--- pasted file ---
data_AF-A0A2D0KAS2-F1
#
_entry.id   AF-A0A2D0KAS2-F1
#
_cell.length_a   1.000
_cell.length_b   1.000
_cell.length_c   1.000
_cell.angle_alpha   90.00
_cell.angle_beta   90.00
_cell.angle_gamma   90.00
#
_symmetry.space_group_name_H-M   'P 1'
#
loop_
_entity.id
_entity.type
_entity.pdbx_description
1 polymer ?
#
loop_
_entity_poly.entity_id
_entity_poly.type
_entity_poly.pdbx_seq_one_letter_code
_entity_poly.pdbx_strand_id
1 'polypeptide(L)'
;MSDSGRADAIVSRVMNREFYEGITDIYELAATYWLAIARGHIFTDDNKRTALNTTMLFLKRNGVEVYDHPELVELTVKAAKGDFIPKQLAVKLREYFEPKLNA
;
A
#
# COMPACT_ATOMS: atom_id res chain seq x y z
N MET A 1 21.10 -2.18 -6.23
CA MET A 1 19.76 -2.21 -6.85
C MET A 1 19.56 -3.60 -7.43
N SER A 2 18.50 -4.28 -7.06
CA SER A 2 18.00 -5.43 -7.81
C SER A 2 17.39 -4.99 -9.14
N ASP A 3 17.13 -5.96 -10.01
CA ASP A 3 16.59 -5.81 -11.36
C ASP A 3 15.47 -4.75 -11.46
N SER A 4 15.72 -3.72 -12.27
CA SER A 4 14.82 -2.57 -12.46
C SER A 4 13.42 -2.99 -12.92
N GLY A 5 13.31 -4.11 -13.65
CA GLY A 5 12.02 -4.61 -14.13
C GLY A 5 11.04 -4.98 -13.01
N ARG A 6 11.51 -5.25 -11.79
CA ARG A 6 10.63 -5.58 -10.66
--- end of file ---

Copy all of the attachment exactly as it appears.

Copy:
data_AF-A0A2D0KAS2-F1
#
_entry.id   AF-A0A2D0KAS2-F1
#
_cell.length_a   1.000
_cell.length_b   1.000
_cell.length_c   1.000
_cell.angle_alpha   90.00
_cell.angle_beta   90.00
_cell.angle_gamma   90.00
#
_symmetry.space_group_name_H-M   'P 1'
#
loop_
_entity.id
_entity.type
_entity.pdbx_description
1 polymer ?
#
loop_
_entity_poly.entity_id
_entity_poly.type
_entity_poly.pdbx_seq_one_letter_code
_entity_poly.pdbx_strand_id
1 'polypeptide(L)'
;MSDSGRADAIVSRVMNREFYEGITDIYELAATYWLAIARGHIFTDDNKRTALNTTMLFLKRNGVEVYDHPELVELTVKAAKGDFIPKQLAVKLREYFEPKLNA
;
A
#
# COMPACT_ATOMS: atom_id res chain seq x y z
N MET A 1 21.10 -2.18 -6.23
CA MET A 1 19.76 -2.21 -6.85
C MET A 1 19.56 -3.60 -7.43
N SER A 2 18.50 -4.28 -7.06
CA SER A 2 18.00 -5.43 -7.81
C SER A 2 17.39 -4.99 -9.14
N ASP A 3 17.13 -5.96 -10.01
CA ASP A 3 16.59 -5.81 -11.36
C ASP A 3 15.47 -4.75 -11.46
N SER A 4 15.72 -3.72 -12.27
CA SER A 4 14.82 -2.57 -12.46
C SER A 4 13.42 -2.99 -12.92
N GLY A 5 13.31 -4.11 -13.65
CA GLY A 5 12.02 -4.61 -14.13
C GLY A 5 11.04 -4.98 -13.01
N ARG A 6 11.51 -5.25 -11.79
CA ARG A 6 10.63 -5.58 -10.66